Gluten-Free Eating for Sugar Addicts

Gluten is a plant protein found in wheat, rye, and barley. People trying to reduce their carbohydrate intake often also attempt to reduce gluten consumption because eliminating gluten can potentially eliminate a lot of junk food from the diet. Some people have a confirmed sensitivity or allergy to gluten and cut it out of their diets to avoid the side effects.

Why are so many people sensitive to gluten? These grains are a relatively new addition to the human diet (only about 10,000 years or so), so some scientists theorize that humans haven’t yet adapted to digesting this type of food. Enough people exhibit a low-grade allergic reaction to gluten that it — along with dairy, nuts, and GMO soy — has become one of the most common allergens of the day.

Gluten sensitivity doesn’t result in anaphylactic shock like some severe food allergies can, but it can cause long-term damage if ignored. Continued consumption of gluten by a gluten-sensitive person can lead to celiac disease (sometimes referred to as celiac sprue), in which gluten damages the intestines, leading to severe nutrient absorption problems and nutritional deficiencies.

Oats don’t contain gluten, but they do contain peptide sequences that are very similar to wheat gluten. Oats often cause symptoms in celiac patients similar to wheat, and so oats are included in the list of foods for gluten-sensitive individuals to avoid.

In addition, though oats themselves are gluten-free, they can be contaminated with gluten from other grains during distribution and processing (most oats are milled and stored in the same facilities as wheat).

Common symptoms of gluten sensitivity are

  • Bloating, cramping, and flatulence

  • Chronic fatigue

  • Diarrhea or constipation

  • Indigestion

  • Joint pain

  • Mouth sores

  • Skin rashes

  • Ulcers

Humans don’t need gluten to stay healthy, so some nutritionists suggest that everyone avoid gluten, even those who aren’t exhibiting any symptoms of gluten sensitivity. Because avoiding all gluten can be a difficult lifestyle choice, try eating gluten-free only if you fit any of these criteria:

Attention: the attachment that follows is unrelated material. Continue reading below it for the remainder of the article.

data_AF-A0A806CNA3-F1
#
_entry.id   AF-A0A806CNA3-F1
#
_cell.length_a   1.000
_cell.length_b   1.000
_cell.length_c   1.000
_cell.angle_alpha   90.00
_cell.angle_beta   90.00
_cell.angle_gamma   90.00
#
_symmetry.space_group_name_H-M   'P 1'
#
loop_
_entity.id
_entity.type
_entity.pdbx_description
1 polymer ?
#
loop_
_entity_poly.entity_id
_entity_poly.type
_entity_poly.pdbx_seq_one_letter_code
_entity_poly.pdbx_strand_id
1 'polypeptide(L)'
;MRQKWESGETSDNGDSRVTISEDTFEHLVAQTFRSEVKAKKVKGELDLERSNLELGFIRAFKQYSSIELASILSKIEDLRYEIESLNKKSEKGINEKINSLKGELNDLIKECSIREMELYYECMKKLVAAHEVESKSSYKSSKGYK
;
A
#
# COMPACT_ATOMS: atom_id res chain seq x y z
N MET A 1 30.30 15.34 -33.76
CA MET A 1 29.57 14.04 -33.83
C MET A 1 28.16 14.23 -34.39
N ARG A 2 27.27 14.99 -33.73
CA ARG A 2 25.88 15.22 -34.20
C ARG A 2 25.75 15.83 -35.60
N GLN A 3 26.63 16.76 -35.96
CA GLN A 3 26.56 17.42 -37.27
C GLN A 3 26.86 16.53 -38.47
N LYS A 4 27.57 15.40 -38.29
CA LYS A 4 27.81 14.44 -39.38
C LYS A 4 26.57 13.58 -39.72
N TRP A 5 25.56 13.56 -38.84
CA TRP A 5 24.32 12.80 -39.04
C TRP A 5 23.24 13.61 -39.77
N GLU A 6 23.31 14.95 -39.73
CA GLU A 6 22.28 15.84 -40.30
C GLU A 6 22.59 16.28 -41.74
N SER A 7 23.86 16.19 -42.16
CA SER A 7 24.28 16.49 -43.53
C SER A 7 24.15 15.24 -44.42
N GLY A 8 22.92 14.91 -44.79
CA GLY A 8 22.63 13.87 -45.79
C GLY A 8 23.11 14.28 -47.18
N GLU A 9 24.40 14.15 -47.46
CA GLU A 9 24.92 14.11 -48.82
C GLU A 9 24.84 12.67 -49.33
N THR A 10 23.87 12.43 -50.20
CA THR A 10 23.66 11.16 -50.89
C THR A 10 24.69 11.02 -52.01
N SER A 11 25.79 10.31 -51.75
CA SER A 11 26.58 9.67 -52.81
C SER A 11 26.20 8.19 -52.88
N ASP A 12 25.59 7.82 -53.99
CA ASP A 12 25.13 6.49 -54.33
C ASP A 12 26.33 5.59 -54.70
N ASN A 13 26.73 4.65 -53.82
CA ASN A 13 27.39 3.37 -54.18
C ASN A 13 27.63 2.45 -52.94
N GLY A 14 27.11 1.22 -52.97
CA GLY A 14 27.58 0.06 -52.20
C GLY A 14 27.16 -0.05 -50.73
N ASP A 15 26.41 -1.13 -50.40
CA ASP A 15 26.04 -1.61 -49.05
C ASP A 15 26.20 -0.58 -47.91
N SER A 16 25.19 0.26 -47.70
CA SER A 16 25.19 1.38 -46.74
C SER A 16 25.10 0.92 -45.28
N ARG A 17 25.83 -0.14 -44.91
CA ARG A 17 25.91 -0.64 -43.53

• You have a confirmed gluten sensitivity.

  • You suffer from an autoimmune disorder like eczema, fibromyalgia, IBS, lupus, or rheumatoid arthritis.

  • You’ve tried eating gluten-free for a few weeks, and you notice that you feel a lot better if you don’t eat it.

If you’ve been diagnosed with celiac disease or non-celiac gluten sensitivity, removing gluten from your diet is very important. Cheating a little here and there may seem harmless, but it can permanently damage your intestines over time and lead to other serious problems like nutrient malabsorption, osteoporosis, depression, and even intestinal cancer.

Avoiding gluten can be tricky because many common foods have ingredients that may be sources of gluten that aren’t obvious. In addition to eliminating wheat, barley, rye, and oats from your diet, be aware that the following foods often contain gluten:

  • Beer and distilled spirits

  • Bouillon cubes

  • Candy (sometimes dusted with wheat flour)

  • Canned soups

  • Cheese spreads or other processed cheese foods (why would you eat this anyway?)

  • Chocolate (sometimes contains malt flavoring from barley)

  • Cold cuts and sausages (may have gluten from cereal fillers)

  • Dip mixes

  • Dry sauce mixes

  • Dry-roasted nuts and honey-roasted nuts

  • French fries or other fried foods in restaurants (often coated with flour)

  • Gravies — check out thickening agents and liquid base

  • Instant coffee (a cereal product is sometimes included in the formula)

  • Lip balms and lipsticks

  • Many ice creams and frozen yogurt products

  • Mayonnaise (check ingredients that are used as thickeners)

  • Precooked hams and turkeys from commercial suppliers (often basted with wheat starch and sugar)

  • Some toothpastes

  • Sour cream (may contain modified food starch)

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